In December 2011 ACCA introduces the first exam papers for the new Foundations in Accountancy Suite of qualifications. Thereafter, ACCA will offer the Accountant in Business exam as the Paper F1 and FAB components of the ACCA Fundamentals Knowledge module and the Diploma in Business respectively. The latter replaces CAT Paper 5, Managing Systems and People, the last sitting of which took place in June 2011.
The majority of subjects that have to be studied for these qualifications from December 2011 are carried over from the previous CAT Paper 5 syllabus and from the previous Paper F1. However, there are several changes, including the addition of a whole new section on ethics. This article gives an overview of ethics and provides a platform for further study on this vitally important aspect of the work of the professional accountant.
The new Paper F1/FAB Syllabus states that, on completion the student should ‘recognise that all aspects of business and finance should be conducted in a manner which complies with and is in the spirit of accepted professional ethics and professional values’. The Study Guide sets out four sets of learning outcomes (Sections F1–4):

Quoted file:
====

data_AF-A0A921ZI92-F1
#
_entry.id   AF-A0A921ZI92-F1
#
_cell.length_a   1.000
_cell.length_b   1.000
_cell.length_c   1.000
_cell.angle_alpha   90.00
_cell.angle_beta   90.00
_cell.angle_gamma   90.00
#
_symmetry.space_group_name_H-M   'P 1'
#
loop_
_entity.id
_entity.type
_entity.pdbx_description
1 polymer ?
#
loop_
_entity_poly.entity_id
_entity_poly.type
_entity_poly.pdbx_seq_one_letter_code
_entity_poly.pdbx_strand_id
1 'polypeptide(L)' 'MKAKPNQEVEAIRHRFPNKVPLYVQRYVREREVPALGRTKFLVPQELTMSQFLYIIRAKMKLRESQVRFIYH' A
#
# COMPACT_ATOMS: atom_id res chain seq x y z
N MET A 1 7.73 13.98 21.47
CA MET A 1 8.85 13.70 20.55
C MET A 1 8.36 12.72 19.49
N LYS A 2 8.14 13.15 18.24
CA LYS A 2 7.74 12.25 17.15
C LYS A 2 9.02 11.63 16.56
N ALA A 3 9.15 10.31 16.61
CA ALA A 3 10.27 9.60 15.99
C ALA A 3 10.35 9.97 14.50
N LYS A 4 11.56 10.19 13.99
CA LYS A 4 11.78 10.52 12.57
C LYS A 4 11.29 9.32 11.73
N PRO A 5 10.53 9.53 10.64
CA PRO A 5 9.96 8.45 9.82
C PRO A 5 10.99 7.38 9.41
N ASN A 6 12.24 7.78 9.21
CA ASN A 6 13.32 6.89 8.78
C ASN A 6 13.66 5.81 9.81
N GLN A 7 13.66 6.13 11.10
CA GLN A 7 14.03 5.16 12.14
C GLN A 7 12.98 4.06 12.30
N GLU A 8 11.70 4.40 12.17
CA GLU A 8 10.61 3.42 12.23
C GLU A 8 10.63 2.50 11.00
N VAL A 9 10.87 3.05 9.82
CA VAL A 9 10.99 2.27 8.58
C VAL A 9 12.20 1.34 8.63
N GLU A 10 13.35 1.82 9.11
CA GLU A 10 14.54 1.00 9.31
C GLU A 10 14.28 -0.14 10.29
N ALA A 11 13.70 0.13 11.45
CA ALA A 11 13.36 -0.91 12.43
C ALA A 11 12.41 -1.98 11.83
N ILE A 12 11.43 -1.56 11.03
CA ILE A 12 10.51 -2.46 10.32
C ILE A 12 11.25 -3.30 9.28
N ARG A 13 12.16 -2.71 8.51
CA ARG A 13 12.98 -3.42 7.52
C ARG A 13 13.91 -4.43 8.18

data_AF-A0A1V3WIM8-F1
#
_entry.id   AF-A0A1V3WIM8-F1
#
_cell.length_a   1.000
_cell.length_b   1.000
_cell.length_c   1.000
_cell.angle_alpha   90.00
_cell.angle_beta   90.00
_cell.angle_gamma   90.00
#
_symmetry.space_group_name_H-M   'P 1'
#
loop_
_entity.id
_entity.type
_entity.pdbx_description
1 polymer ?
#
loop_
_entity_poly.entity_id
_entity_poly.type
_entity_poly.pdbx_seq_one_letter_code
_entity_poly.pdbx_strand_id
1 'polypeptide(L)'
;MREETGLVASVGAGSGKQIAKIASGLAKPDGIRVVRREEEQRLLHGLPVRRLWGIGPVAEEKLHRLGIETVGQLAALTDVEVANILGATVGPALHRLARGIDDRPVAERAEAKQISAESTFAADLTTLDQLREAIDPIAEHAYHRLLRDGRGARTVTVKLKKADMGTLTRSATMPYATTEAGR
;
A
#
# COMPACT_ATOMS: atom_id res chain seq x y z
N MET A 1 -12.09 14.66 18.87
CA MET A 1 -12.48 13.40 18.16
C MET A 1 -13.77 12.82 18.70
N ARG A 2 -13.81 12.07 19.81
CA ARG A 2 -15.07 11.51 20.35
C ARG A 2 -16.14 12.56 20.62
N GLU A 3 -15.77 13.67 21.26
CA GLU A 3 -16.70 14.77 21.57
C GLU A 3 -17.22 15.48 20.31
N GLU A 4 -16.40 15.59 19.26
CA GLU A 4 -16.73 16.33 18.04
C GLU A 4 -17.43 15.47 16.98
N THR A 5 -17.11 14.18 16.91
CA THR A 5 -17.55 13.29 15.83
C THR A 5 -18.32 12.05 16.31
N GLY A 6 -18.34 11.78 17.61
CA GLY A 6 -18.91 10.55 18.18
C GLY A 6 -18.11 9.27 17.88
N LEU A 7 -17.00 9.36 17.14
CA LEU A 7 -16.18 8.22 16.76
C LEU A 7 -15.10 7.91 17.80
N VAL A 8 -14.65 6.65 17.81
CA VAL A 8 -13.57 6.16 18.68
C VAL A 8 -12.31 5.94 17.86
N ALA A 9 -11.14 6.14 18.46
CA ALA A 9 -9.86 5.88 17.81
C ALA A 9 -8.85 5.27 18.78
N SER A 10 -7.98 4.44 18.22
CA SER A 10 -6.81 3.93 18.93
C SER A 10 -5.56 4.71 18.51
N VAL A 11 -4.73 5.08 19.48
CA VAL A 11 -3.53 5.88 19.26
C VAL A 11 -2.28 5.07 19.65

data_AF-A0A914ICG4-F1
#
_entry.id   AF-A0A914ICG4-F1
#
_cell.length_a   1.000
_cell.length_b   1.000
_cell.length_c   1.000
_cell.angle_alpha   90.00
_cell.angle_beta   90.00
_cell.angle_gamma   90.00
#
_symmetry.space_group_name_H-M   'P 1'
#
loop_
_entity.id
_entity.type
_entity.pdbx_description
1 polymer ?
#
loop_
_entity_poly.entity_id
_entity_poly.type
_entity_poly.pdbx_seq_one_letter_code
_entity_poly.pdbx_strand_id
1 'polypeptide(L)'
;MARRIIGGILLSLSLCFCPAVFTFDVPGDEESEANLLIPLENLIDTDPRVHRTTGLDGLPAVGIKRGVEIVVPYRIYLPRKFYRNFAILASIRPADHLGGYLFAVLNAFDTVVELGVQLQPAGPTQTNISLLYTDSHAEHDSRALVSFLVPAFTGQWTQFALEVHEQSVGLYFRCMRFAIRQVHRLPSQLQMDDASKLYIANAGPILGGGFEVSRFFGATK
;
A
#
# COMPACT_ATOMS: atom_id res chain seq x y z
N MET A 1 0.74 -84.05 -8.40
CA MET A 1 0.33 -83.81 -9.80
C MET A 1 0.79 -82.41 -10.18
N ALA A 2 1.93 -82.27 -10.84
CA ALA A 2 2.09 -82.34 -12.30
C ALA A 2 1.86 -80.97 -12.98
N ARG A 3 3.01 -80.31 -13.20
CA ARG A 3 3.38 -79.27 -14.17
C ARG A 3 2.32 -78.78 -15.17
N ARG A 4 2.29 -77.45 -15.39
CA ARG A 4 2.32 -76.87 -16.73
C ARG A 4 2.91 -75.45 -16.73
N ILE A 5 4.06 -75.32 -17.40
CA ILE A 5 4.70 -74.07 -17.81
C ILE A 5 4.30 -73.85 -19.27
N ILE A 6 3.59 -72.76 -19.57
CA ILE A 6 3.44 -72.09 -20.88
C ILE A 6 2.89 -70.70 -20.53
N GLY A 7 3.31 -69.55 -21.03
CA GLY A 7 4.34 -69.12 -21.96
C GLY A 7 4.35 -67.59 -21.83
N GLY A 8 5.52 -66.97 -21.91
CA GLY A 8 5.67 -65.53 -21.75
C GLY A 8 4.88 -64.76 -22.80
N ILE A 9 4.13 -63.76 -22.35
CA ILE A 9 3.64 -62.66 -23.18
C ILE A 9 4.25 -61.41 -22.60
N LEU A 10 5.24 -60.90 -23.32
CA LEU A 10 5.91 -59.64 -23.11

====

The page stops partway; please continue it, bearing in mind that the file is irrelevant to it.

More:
- fundamental principles of ethical behaviour
- the role of regulatory and professional bodies in promoting ethical and professional standards in the accountancy profession
- corporate codes of ethics
- ethical conflicts and dilemmas.
These are considered in turn in this article. It must be stressed that this is intended to be an introduction, and further detailed study will be necessary to acquire the required level of knowledge and understanding.
FUNDAMENTAL PRINCIPLES OF ETHICAL BEHAVIOUR
What is ethics?
Ethics is concerned with what society considers to be right or wrong. It therefore relates to standards of behaviour. At first this may appear to overlap with one purpose of law, in that law seeks to address behaviour of which society disapproves. However, ethical principles may be adopted that discourage behaviour that is undesirable but legal. For example, during the expenses scandal that arose in the UK in 2009 regarding claims for reimbursement by politicians, one politician responded to criticism by stating that she had done nothing illegal. This rather missed the point, as the general public may still regard legitimate expenses claims as inappropriate, and therefore unethical.